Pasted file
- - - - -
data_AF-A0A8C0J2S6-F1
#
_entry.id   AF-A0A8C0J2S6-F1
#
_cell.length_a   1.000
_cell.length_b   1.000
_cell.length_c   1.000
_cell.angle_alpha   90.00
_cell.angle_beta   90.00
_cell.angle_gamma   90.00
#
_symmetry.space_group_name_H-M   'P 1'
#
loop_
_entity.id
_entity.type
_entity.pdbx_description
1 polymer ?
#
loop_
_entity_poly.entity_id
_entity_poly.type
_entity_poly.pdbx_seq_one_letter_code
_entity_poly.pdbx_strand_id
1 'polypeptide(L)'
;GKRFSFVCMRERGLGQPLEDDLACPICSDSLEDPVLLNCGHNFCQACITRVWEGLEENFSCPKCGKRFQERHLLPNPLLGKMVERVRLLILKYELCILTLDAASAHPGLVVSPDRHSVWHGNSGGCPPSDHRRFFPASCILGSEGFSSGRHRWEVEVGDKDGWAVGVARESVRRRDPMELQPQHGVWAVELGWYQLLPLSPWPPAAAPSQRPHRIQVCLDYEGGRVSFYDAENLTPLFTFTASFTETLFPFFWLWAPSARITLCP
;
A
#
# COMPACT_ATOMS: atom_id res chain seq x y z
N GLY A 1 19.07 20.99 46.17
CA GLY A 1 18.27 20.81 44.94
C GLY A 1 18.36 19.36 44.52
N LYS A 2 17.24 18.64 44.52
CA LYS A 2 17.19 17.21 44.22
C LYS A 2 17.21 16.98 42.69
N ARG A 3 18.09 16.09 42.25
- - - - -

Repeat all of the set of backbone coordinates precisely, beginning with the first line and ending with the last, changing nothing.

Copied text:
data_AF-A0A8C0J2S6-F1
#
_entry.id   AF-A0A8C0J2S6-F1
#
_cell.length_a   1.000
_cell.length_b   1.000
_cell.length_c   1.000
_cell.angle_alpha   90.00
_cell.angle_beta   90.00
_cell.angle_gamma   90.00
#
_symmetry.space_group_name_H-M   'P 1'
#
loop_
_entity.id
_entity.type
_entity.pdbx_description
1 polymer ?
#
loop_
_entity_poly.entity_id
_entity_poly.type
_entity_poly.pdbx_seq_one_letter_code
_entity_poly.pdbx_strand_id
1 'polypeptide(L)'
;GKRFSFVCMRERGLGQPLEDDLACPICSDSLEDPVLLNCGHNFCQACITRVWEGLEENFSCPKCGKRFQERHLLPNPLLGKMVERVRLLILKYELCILTLDAASAHPGLVVSPDRHSVWHGNSGGCPPSDHRRFFPASCILGSEGFSSGRHRWEVEVGDKDGWAVGVARESVRRRDPMELQPQHGVWAVELGWYQLLPLSPWPPAAAPSQRPHRIQVCLDYEGGRVSFYDAENLTPLFTFTASFTETLFPFFWLWAPSARITLCP
;
A
#
# COMPACT_ATOMS: atom_id res chain seq x y z
N GLY A 1 19.07 20.99 46.17
CA GLY A 1 18.27 20.81 44.94
C GLY A 1 18.36 19.36 44.52
N LYS A 2 17.24 18.64 44.52
CA LYS A 2 17.19 17.21 44.22
C LYS A 2 17.21 16.98 42.69
N ARG A 3 18.09 16.09 42.25